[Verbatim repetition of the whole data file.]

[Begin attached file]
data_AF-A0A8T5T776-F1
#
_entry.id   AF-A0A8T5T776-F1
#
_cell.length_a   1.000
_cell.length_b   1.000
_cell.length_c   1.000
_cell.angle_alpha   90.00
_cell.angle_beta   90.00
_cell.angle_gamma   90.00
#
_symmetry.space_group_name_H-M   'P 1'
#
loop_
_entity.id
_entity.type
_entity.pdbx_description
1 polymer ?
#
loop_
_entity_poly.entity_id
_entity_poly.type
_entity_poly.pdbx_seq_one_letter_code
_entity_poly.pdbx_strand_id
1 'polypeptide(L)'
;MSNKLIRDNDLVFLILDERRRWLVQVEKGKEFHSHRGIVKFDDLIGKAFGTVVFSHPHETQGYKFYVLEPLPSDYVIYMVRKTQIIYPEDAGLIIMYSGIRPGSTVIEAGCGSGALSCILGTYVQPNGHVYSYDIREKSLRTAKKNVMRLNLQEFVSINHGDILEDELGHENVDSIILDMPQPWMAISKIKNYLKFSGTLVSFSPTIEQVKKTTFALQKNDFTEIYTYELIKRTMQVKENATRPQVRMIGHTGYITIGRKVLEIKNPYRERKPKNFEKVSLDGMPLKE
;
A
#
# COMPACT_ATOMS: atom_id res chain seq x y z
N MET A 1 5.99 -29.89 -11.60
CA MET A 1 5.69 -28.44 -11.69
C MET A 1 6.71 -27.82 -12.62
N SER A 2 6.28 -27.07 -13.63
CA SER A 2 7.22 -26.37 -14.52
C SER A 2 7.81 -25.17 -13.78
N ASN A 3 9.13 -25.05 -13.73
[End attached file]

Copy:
data_AF-A0A8T5T776-F1
#
_entry.id   AF-A0A8T5T776-F1
#
_cell.length_a   1.000
_cell.length_b   1.000
_cell.length_c   1.000
_cell.angle_alpha   90.00
_cell.angle_beta   90.00
_cell.angle_gamma   90.00
#
_symmetry.space_group_name_H-M   'P 1'
#
loop_
_entity.id
_entity.type
_entity.pdbx_description
1 polymer ?
#
loop_
_entity_poly.entity_id
_entity_poly.type
_entity_poly.pdbx_seq_one_letter_code
_entity_poly.pdbx_strand_id
1 'polypeptide(L)'
;MSNKLIRDNDLVFLILDERRRWLVQVEKGKEFHSHRGIVKFDDLIGKAFGTVVFSHPHETQGYKFYVLEPLPSDYVIYMVRKTQIIYPEDAGLIIMYSGIRPGSTVIEAGCGSGALSCILGTYVQPNGHVYSYDIREKSLRTAKKNVMRLNLQEFVSINHGDILEDELGHENVDSIILDMPQPWMAISKIKNYLKFSGTLVSFSPTIEQVKKTTFALQKNDFTEIYTYELIKRTMQVKENATRPQVRMIGHTGYITIGRKVLEIKNPYRERKPKNFEKVSLDGMPLKE
;
A
#
# COMPACT_ATOMS: atom_id res chain seq x y z
N MET A 1 5.99 -29.89 -11.60
CA MET A 1 5.69 -28.44 -11.69
C MET A 1 6.71 -27.82 -12.62
N SER A 2 6.28 -27.07 -13.63
CA SER A 2 7.22 -26.37 -14.52
C SER A 2 7.81 -25.17 -13.78
N ASN A 3 9.13 -25.05 -13.73